From the rotary engines of the early 20th century, to the advanced jet engines of today, the course of aviation history has been marked by numerous innovations in engine technology. Here are just 5 engines that left their mark in aviation history.
The Wright Flyer
The heavy 12-horsepower engine with dual propellers powered man’s first documented flight in Kitty Hawk, North Carolina. Built by Charlie Taylor, Orville and Wilbur Wright’s trusted bicycle repairman, this historic engine was cast from 92% aluminum and 8% copper. It had no spark plugs and included a bicycle chain that turned the camshaft to operate the breaker arms and exhaust valves. Although it overheated on a test run in February 1903, the engine underwent improvements throughout the year and was finally used in the Wright’s first flight in December 1903 .
Pratt and Whitney R2800
Developed before there was a plane to fly it, the PR R2800 has 2,800 cubic inches of displacement and a two-stage supercharger that provides maximum high and low altitude performance. This 18-cylinder radial engine was eventually used on planes that led many successful air campaigns during WWII like the Vought F4U Corsair, Republic P-47 Thunderbolt, and the Grumman F6F Hellcat.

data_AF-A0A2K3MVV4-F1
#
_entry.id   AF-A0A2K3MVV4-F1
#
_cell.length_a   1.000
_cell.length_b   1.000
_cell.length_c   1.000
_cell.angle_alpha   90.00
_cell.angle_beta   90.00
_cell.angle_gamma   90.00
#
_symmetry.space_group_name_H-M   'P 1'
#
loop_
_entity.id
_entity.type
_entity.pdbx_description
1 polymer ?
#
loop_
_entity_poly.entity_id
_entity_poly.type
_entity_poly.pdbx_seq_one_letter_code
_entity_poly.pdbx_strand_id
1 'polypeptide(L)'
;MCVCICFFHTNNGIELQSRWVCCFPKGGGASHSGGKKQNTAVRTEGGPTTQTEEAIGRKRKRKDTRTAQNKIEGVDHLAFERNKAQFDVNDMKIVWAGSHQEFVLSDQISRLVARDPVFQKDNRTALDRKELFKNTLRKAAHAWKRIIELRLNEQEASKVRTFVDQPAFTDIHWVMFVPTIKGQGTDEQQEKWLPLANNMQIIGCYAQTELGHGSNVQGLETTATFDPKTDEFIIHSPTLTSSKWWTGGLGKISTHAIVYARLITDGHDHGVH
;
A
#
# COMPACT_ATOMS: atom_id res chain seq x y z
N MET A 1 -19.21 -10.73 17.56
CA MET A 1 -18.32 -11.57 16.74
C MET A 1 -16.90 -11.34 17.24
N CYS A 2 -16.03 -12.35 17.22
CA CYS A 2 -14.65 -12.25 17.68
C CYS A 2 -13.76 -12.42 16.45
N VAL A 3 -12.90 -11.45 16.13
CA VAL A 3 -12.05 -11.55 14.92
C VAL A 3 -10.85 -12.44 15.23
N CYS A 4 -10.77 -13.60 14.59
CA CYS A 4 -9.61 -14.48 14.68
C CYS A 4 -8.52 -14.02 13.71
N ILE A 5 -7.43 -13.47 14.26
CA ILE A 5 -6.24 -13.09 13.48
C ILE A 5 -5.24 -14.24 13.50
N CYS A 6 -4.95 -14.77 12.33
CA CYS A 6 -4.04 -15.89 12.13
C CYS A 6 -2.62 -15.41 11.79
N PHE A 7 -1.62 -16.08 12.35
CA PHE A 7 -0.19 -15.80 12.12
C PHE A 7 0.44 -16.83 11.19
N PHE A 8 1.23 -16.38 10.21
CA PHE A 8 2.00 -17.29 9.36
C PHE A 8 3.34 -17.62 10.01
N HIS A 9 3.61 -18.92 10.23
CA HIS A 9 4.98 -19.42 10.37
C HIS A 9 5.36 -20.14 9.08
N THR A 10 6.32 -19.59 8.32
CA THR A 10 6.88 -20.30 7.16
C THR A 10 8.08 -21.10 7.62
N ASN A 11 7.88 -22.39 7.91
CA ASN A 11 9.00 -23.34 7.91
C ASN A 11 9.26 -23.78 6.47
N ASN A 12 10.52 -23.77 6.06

As the powerhouse behind the Korean War’s most used bomber, the B-29, the Corncob 4360 was a work of wonder. It was the biggest reciprocating radial engine built in the United States at the time with 28 cylinders and a mechanical supercharger. It helped fly the U.S Air Force’s Globemaster, and it powered United Airlines’ Stratocruiser from San Francisco to Hawaii.
The J58’s record breaking speed powered the world’s first high-speed spy plane, the SR-71 Blackbird. In one second at high speed and altitude two J-58s take in 2.2 gallons of fuel and 200,000 cubic feet of air. As the SR-71 flies, the engines grow 6 inches in length and 2.5 inches in diameter. It’s also the only engine that flies with the afterburner on all the time!
Rolls Royce Trent 1000 TEN
With its three stages of compression and distinctive scalloped cowlings, the Dreamliner’s Rolls Royce engine is the quietest engine created thus far. Released in 2014, the engine provides up to 119,000 lbs. of thrust, enough to transport up to 290 passengers across approximately 7,000 nmi (13,000 km).
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